Analysis of Bill C-47

| Jun 08, 2007

Bill c-47, the Olympic and Paralympic Marks Act that gives special extra-trade-mark protection to certain marks for the Olympics in Vancouver, passed Second Reading in the House on May 17 and went to the Industry, Science and Technology Committee for review. The report the Committee released yesterday makes a few important changes, summarised in Michael Geist’s blog.

The Bill says that:

3. (1) No person shall adopt or use in connection with a business, as a trade-mark or otherwise, an Olympic or Paralympic mark or a mark that so nearly resembles an Olympic or Paralympic mark as to be likely to be mistaken for it. (2) No person shall use in connection with a business, as a trade-mark or otherwise, a mark that is a translation in any language of an Olympic or Paralympic mark.

The phrase “Olympic or Paralympic mark” is defined to include words that are listed at the end of the Bill — see below for more information about that. Basically, this section means that you can’t use an Olympic mark (or anything that looks like one) as a mark for your business.

Then there are a bunch of exceptions to this — the Government and universities can use those marks for some purposes, and the place names can still be used in association with wines and spirits.

Then, in section 3(5), there was a clause that previously said that, “for greater certainty”, it’s okay to use the protected words or marks in a publication or broadcast of news or criticism related to the Olympics. It said that these uses are “not a use in connection with a business.”

One of the changes that came from the Committee yesterday was to amend section 3(5) so it now also specifically states that this exception is true for publications and broadcasts using “electronic media”. Another change was to include parody along with criticism. So the new “for greater certainty” clause will say:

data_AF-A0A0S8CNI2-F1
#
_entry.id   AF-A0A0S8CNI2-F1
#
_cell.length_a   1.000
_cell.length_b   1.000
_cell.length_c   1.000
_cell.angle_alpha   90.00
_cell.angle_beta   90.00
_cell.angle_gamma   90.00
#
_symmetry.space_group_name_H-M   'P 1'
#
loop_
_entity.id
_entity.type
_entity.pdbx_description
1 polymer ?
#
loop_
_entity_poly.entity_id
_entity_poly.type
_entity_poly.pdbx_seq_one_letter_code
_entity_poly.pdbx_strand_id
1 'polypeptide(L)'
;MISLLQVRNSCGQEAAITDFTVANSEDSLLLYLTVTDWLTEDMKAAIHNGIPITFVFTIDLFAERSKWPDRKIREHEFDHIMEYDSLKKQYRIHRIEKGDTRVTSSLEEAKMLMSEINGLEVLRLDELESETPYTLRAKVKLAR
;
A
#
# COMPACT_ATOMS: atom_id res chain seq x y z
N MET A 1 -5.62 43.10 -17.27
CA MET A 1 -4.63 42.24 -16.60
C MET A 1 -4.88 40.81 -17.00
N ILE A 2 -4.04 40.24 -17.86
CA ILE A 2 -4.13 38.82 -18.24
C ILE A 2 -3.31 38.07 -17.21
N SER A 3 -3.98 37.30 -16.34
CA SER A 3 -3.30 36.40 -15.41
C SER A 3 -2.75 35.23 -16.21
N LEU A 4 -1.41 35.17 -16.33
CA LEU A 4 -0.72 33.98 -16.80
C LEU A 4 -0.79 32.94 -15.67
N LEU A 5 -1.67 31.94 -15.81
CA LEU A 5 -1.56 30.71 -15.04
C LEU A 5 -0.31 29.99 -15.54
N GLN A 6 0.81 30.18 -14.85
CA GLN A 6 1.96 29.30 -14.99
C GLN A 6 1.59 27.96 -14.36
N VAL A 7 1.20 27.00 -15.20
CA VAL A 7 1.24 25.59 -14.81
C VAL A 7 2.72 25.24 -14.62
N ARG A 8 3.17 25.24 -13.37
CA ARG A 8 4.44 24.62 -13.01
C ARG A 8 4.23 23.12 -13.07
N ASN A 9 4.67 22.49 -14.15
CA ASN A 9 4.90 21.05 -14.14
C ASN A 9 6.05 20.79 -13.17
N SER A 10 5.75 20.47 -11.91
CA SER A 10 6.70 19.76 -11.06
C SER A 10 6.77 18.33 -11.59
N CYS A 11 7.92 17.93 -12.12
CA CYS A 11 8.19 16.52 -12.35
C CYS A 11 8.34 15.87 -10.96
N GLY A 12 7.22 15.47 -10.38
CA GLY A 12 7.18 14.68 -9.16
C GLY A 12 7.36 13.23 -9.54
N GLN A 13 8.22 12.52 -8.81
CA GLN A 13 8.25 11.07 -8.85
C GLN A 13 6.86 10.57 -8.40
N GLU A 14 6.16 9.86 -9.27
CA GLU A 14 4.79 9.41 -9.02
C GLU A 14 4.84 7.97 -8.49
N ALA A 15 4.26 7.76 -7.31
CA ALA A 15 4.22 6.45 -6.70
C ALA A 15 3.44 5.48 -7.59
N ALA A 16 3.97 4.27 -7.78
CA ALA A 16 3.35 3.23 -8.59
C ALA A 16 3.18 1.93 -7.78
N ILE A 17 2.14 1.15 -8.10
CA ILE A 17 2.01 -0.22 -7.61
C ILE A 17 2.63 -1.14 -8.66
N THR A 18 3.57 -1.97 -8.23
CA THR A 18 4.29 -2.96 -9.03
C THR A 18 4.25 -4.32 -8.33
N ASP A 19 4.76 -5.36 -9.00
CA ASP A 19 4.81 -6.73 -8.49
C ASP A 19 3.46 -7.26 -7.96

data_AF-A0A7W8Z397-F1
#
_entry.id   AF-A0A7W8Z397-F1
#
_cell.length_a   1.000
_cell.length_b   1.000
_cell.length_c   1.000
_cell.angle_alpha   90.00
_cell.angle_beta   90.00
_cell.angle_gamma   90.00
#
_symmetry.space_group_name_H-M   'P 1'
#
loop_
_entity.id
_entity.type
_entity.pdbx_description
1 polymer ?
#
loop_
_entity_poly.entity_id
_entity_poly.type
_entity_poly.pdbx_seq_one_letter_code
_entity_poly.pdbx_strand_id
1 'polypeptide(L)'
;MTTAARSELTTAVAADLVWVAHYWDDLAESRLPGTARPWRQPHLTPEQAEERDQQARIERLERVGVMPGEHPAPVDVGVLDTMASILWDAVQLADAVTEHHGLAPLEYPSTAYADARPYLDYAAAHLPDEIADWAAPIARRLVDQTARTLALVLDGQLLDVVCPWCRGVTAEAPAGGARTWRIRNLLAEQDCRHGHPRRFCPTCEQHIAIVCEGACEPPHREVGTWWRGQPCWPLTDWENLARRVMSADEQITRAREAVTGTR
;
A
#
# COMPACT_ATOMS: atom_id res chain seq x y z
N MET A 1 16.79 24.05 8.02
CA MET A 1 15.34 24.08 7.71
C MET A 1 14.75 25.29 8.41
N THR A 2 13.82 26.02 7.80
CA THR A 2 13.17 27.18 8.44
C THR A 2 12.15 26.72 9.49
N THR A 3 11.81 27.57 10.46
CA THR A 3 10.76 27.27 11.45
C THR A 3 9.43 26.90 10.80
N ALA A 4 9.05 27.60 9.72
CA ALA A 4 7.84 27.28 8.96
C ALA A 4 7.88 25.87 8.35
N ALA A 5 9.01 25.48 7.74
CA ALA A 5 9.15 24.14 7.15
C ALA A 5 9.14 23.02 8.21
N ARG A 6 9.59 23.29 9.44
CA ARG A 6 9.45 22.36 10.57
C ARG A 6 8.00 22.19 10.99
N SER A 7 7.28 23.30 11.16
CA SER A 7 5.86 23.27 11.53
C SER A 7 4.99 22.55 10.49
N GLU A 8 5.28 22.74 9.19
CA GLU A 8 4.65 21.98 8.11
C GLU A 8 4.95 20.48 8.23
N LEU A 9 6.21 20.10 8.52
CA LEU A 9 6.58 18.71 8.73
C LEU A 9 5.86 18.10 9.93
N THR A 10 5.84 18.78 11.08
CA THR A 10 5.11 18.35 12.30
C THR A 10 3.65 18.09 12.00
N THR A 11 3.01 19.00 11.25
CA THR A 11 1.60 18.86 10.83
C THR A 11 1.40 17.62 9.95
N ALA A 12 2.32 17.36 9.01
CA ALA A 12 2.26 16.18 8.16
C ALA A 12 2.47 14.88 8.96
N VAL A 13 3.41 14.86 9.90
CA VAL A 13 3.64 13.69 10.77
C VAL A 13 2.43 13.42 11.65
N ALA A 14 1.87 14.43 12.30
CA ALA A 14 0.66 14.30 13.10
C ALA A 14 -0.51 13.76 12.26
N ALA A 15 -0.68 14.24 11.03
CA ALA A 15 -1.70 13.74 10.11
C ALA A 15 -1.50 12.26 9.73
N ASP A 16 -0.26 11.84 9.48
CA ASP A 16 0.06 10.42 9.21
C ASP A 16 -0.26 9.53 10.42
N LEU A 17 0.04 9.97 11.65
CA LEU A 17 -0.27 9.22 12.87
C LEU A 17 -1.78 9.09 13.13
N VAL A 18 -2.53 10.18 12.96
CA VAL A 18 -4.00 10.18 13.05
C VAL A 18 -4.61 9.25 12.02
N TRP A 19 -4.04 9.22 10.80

3. (5) For greater certainty, the use of an Olympic or Paralympic mark or a translation of it in any language in the publication or broadcasting of a news report relating to Olympic Games or Paralympic Games, including by means of electronic media, or for the purposes of criticism or parody relating to Olympic Games or Paralympic Games, is not a use in connection with a business.

I take this to mean that blogs, podcasts and vodcasts can report on the Olympics and Paralympics, and can criticize and parody them as well, without infringing the new Act.

The Committee next added a very important and interesting clause that protects artistic uses of Olympics marks:

3. (6) For greater certainty, the inclusion of an Olympic mark or Paralympic mark or a translation of it in any language in an artistic work, within the meaning of the Copyright Act, by the author of that work, is not in itself a use in connection with a business if the work is not reproduced on a commercial scale.

There was one other recommendation that’s a Very Good Thing and affects bloggers and podcasters but, to understand it, you have to understand a bit about the mechanics of the Bill. The term “Olympic or Paralympic mark” is defined in section 2(1) of the Bill to mean “a mark set out in Schedule 1 or 2.” This is common in legislation — instead of listing all the protected words right there in the definition, they’re separated from the text of the Bill in an appendix. The Controlled Drugs and Substances Act works the same way, listing different controlled drugs in different schedules depending on the seriousness of the crimes related to them.